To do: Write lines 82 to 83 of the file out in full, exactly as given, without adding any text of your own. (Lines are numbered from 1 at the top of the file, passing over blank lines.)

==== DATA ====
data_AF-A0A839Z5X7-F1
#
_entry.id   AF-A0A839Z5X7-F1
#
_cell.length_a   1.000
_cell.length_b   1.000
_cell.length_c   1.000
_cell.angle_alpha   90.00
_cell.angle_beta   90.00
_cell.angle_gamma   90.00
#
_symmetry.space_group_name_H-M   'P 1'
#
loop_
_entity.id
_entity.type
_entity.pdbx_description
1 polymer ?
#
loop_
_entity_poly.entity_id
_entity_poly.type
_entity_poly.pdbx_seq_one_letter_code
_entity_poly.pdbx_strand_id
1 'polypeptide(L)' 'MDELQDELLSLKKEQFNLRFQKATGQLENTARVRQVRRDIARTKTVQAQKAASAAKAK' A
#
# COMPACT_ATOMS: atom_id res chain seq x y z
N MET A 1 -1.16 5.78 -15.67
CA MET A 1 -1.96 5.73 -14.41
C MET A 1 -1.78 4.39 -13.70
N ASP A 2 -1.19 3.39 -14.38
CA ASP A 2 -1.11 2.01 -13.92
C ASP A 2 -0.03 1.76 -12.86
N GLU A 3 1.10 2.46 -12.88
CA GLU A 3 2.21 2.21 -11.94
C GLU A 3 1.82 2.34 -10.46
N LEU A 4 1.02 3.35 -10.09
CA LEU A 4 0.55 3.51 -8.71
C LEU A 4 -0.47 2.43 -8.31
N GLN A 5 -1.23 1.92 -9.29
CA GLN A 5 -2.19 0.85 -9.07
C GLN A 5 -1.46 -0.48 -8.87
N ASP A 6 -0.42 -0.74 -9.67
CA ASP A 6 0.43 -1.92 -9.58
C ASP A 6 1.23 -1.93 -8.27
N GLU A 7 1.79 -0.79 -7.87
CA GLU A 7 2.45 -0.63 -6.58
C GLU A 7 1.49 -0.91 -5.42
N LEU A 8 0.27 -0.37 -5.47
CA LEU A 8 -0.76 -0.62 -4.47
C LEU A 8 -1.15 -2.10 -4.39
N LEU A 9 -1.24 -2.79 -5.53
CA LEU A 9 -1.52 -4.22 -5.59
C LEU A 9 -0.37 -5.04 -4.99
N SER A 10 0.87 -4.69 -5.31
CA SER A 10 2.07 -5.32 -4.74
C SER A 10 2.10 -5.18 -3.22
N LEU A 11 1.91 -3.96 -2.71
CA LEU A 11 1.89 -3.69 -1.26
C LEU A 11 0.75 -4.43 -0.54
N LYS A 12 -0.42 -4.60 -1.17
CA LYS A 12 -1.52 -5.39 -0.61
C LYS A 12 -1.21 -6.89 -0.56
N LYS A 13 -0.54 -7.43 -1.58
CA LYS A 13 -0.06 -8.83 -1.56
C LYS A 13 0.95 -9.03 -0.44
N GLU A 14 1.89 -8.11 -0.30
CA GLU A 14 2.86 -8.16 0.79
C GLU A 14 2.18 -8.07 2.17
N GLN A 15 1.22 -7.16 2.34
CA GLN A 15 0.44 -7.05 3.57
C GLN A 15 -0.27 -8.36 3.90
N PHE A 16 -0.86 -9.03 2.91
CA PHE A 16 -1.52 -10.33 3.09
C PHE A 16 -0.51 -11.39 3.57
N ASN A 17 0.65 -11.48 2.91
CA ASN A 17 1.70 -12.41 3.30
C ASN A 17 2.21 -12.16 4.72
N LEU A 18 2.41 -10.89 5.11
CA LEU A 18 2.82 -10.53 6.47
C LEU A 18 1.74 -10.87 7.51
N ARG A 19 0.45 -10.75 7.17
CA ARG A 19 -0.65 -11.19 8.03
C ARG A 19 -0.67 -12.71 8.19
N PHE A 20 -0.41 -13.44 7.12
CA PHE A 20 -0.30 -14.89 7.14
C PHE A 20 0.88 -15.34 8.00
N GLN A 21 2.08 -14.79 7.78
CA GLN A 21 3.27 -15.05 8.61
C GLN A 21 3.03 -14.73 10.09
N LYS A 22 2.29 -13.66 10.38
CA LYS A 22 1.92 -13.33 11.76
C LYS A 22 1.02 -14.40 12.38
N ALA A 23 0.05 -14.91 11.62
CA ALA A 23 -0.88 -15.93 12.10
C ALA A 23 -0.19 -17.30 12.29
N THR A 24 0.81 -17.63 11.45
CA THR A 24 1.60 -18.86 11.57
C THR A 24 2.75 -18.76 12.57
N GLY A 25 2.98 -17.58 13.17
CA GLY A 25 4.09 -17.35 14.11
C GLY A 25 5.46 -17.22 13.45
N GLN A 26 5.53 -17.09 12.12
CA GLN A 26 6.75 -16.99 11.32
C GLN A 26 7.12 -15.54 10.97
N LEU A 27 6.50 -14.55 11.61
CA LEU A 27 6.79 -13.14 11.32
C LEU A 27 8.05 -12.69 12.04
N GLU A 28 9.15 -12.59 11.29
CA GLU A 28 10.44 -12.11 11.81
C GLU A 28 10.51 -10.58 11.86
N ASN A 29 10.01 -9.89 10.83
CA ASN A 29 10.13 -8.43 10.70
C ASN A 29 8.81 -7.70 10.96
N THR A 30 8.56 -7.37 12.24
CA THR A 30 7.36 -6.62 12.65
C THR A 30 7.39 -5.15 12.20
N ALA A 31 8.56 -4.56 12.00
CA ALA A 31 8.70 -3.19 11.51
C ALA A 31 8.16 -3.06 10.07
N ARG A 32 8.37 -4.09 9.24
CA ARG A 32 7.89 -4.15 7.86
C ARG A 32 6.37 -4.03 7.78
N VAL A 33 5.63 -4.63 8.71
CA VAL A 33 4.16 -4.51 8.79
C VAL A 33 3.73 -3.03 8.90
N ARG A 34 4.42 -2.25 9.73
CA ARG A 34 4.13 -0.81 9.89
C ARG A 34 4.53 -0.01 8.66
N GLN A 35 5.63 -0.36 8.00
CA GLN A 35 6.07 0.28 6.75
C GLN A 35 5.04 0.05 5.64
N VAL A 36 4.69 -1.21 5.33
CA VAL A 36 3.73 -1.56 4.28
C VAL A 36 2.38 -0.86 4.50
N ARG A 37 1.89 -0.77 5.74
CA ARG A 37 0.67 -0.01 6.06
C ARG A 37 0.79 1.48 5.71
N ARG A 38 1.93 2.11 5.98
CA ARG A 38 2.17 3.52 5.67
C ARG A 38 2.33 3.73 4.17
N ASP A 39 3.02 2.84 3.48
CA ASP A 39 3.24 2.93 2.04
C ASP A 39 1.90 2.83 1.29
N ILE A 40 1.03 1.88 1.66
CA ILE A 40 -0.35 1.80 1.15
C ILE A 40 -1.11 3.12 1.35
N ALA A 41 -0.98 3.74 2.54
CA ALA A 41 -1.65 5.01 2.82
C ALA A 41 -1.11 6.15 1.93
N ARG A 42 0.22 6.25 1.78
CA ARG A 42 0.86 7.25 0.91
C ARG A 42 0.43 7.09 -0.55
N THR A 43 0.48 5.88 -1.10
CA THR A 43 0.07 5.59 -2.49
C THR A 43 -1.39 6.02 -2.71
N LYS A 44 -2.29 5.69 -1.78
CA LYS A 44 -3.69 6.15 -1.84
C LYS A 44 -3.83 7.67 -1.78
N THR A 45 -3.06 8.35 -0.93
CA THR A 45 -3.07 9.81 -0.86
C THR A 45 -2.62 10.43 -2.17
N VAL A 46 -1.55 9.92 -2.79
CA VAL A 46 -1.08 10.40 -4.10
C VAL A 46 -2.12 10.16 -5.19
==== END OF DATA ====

N ARG A 19 0.45 -10.75 7.17
CA ARG A 19 -0.65 -11.19 8.03